Why many CIOs are taking a second look at cloud

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As a CIO, you want your organization’s data to provide meaningful insights and predictive business models. You want it to be presented in a way that provides choice and control, knowledge, and sovereignty. And you want it to be stored with enterprise grade flexibility, scalability and security. How can you achieve these goals? With new cloud technology. In this blog, we will share why organizations need to re-examine their cloud strategy to ensure it delivers higher value business applications and industry functions that they probably hadn’t envisioned when they began their cloud initiatives.

You embarked on a journey

If you’re like most forward-thinking CIOs, you blazed the trail for early cloud adoption so your organization could take advantage of its immense scalability and infinite adaptability. In doing so, you acquired the speed and flexibility you needed to remain competitive in a digitally disruptive environment.

But what about the future? Did your implementation take into account the tools for game-changing business models, processes and customer experiences that you’ll need in the years to come? Unless you had a prophetic view of whatever lies ahead, and built your environment based on that vision, you’ll want to reassess your current capabilities and make adjustments now — before you’re required to do so under critically urgent conditions.

Initially, organizations adopted the cloud to help save money and enable access to users regardless of location and time. Today, 78 percent of research respondents report that their cloud initiatives are either coordinated or fully integrated.1 And this is just the beginning. IDC predicts that by 2019, worldwide spending on digital transformation initiatives will reach USD 2.2 trillion (yes, that’s trillion with a tr). That’s 60 percent more than it was last year.2

This strategic change is occurring because the cloud offers so many economic and operational advantages. After they’ve made the move, organizations like yours are discovering even greater potential than initially anticipated. For example, with the addition of new cognitive computing capabilities, the cloud becomes a powerful analytics tool that provides strategic advantages that were never before possible. Armed with new insights, a shrewd marketing professional might identify a previously hidden opportunity to enhance customer engagement. Then, a nimble IT department might develop a brilliant mobile app and launch it on cloud at breakneck speed — before their competition has even thought of it.

Other technological improvements are expanding the range of cloud capabilities, as well. Security, long assumed to be a challenge, has evolved significantly, to the point where cloud is often more, not less, reliable than traditional storage methods.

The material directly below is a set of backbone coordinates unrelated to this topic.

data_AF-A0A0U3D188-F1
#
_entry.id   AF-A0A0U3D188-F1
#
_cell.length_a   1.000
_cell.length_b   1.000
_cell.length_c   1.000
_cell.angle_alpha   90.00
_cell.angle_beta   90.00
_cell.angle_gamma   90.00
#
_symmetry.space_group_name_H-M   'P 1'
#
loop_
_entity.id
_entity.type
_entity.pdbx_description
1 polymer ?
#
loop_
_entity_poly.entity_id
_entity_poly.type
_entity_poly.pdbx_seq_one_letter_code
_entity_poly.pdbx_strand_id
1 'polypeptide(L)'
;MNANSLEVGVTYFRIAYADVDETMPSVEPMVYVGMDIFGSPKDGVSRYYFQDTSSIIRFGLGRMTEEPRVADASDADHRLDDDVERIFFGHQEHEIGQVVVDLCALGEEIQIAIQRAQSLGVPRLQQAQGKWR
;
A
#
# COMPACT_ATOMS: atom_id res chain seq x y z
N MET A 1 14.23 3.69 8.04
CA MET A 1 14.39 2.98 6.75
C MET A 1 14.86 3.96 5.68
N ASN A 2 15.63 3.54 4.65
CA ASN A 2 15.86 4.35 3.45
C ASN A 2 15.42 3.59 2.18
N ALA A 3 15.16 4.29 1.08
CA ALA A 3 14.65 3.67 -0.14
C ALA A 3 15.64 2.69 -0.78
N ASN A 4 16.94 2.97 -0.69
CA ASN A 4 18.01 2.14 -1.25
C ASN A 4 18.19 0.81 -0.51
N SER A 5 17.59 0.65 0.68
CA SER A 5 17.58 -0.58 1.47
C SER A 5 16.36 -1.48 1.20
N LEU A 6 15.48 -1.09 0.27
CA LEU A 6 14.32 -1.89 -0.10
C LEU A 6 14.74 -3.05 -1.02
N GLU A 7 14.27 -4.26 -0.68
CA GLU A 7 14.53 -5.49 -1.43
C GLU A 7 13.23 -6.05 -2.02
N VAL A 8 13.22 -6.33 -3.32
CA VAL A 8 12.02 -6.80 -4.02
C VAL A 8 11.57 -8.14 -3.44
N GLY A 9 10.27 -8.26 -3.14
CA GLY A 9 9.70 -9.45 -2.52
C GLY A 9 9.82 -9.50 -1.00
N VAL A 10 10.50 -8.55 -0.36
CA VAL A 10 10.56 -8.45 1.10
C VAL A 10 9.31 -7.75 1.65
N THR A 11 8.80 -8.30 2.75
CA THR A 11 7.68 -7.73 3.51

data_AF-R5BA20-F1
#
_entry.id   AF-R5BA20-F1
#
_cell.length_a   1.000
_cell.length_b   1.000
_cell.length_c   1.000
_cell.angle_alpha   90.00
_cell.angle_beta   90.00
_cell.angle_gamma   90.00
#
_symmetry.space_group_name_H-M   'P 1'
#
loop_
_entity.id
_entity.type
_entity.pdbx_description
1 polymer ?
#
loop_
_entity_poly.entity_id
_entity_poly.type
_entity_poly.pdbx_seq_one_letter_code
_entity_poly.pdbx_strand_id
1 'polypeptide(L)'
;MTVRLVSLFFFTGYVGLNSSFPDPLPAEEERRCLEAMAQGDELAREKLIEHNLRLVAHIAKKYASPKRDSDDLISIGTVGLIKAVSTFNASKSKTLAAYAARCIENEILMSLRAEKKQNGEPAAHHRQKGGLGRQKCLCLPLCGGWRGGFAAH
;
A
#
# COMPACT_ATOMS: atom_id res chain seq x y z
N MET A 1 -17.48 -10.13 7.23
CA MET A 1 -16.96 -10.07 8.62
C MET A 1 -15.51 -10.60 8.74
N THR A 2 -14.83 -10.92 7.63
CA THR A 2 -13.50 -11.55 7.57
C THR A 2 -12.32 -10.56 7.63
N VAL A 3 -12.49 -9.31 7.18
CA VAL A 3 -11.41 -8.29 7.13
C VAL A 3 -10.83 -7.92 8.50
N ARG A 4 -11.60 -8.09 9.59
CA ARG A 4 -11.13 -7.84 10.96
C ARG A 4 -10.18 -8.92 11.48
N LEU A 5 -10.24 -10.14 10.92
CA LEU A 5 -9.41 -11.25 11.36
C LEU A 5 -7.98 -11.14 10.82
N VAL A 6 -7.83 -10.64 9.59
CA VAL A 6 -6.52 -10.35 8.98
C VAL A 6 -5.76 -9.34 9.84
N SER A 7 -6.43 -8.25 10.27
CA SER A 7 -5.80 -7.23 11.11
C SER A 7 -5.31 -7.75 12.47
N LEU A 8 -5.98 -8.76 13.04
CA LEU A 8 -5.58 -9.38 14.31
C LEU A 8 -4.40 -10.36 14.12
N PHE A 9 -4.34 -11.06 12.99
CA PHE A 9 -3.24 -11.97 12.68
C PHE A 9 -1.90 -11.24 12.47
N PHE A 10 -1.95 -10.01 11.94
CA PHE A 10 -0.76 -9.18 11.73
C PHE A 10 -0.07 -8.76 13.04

These innovations — and those on the horizon — encourage you to redirect your cloud adoption strategy from one of task completion to a transformational continuum of change.

You aren’t finished

Enhancements to the cloud that we’re witnessing today are just the start of what will undoubtedly be a future of continuous innovation. To stay ahead, you need to consider its evolving capabilities in light of your current goals. To many CIOs, these would be to acquire:

  • Meaningful insights and predictive business models
  • Choice and control of data, knowledge and sovereignty
  • Enterprise grade flexibility, scalability and security

Today, each of these objectives can be achieved with the assistance of cloud-based services and applications. So your carefully planned transition of data storage that made economic sense in 2016 has evolved to become a critical strategic asset that may require an overhaul in 2018.

It’s considerations like this that force IT executives to take a second look at their cloud configuration, and to reach out to knowledgeable partners who can help them remain in the vanguard during transitional times.

Learn from the leaders

IT executives and their teams need to think of cloud as a journey, not a destination. It isn’t simply a matter of getting there; it’s actually functioning there that enables you to realize the broad range of benefits the cloud has to offer — actively participating and continuously adapting, rather than merely adopting.

IBM has helped thousands of organizations get onto — and remain on — the right cloud. With years of global expertise in virtually every industry, we’ve gained invaluable experience that benefits each of our partners. The legendary IBM Watson® combines with the IBM Cloud to create a powerhouse of analytical capabilities that delivers operational and strategic advantages. Our processes for transition are among the best in the industry. Our consulting expertise is unparalleled. And our cloud adoption roadmap approach is supported by Cloud Innovate, the IBM end-to-end migration methodology that supports our clients’ cloud transformations.

If you’re giving second thought to your current cloud configuration — and you should — you’ll want to read my next blog. In it, I’ll continue to present my view of the future, and how the cloud is rapidly transitioning from an innovative approach to storage to an essential corporate differentiator.

For more on client transformations using Cloud Innovate:

To speak with someone on my team:


1 IBM Institute for Business Value, “Tailoring hybrid cloud: Designing the right mix for innovation, efficiency and growth.” August, 2016.

2 Gil Press, “Top 10 Tech Predictions For 2017 From IDC.” Forbes Magazine. November 1, 2016.

General Manager, Cloud Consulting Services

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